One note that is missing from the tenure debate, is how harsh the penalty is for getting an unsatisfactory rating if you are untenured. An untenured teacher receiving a "U" loses their lisence to teach in New York State forever. I know of no other career that does this to its professionals. Does one law firm strip a lawyer from the bar that doesn't suit their needs? Do journalists let go from a news station lose their ability to report news in another more suitable setting? No, only in the teaching profession does one person (principal) have the power to strip someone of their intended career. This has been upheld even in cases where no observations were ever made of the "u rated teacher."

I think if the penalty were less harsh--removal from the school, but not from the profession--you would see more honest ratings. We must acknowledge that this is a great amount of power to give to a principal, with no checks or balances on the teachers' side. Conversely, many principals don't want to take away people's ability to teach ever again and wind up giving someone a satisifactory rating even though they are not suited for that particular school.

Jul. 30 2011 01:38 PM
BIG BRONX from Bronx

I was suppose to receive tenure, but had my probation extended with no explanation other than that the super intendant requested it and demanded that my principal get me to sign an extension of probation agreement, even though he made the reccomendation for me to receive tenure.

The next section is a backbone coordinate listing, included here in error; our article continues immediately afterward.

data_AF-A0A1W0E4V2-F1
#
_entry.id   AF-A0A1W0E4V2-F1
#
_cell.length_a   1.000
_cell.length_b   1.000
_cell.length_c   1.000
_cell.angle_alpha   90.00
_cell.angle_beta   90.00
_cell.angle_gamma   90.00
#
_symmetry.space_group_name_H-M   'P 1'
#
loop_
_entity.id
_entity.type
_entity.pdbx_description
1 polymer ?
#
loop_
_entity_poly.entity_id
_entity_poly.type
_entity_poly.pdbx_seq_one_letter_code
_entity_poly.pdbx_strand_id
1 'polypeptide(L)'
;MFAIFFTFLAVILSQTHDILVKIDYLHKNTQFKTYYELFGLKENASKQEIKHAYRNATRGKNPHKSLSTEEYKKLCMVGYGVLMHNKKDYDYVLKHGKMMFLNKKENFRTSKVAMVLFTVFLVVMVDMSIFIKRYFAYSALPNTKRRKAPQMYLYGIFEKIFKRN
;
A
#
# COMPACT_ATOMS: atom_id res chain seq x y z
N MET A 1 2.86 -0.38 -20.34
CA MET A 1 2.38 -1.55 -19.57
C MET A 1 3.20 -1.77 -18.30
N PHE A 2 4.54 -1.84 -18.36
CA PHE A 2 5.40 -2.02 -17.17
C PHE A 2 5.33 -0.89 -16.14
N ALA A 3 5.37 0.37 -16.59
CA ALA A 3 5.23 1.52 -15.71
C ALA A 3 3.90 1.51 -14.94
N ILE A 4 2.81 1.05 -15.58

I still do not know what I am suppose to do to receive tenure and have been given no advice from any administrators or the union.

I have great observations, three "s" rating and have never been late. It does not make sense.

Ready to just walk away.

Jan. 04 2011 10:58 AM
John McGoldrick from New Jersey

Thank you for the additional information. However, these numbers still don't add up. According to the NYC Dept. of Education website(, 6,798 new hires began in the 2007-2008 school year and would be reviewed for tenure in the 2009-2010 school year. Assuming only 25% attrition (while in reality the same website states an average 3yr attrition of 37.225% for years 2002-2005) that would mean that only 5098 teachers in that cohort reached the three year mark in 2009-2010 so how could 6386 teachers be evaluated for tenure that year?

What we really need to know is this: How many teachers were hired in the first year of the cohort, how many remained at the end of year three, and how many of the remaining teachers were granted tenure?

I suspect that the typical cohort is closer to this: 7,000 teachers hired each year, of which an average of 4410 (63%) remain at the end of the probation period, and 89% of those teachers (3,925) are granted tenure. That means only 56% of the original cohort is granted tenure. That is a very different picture than the one suggested by an 89% tenure statistic.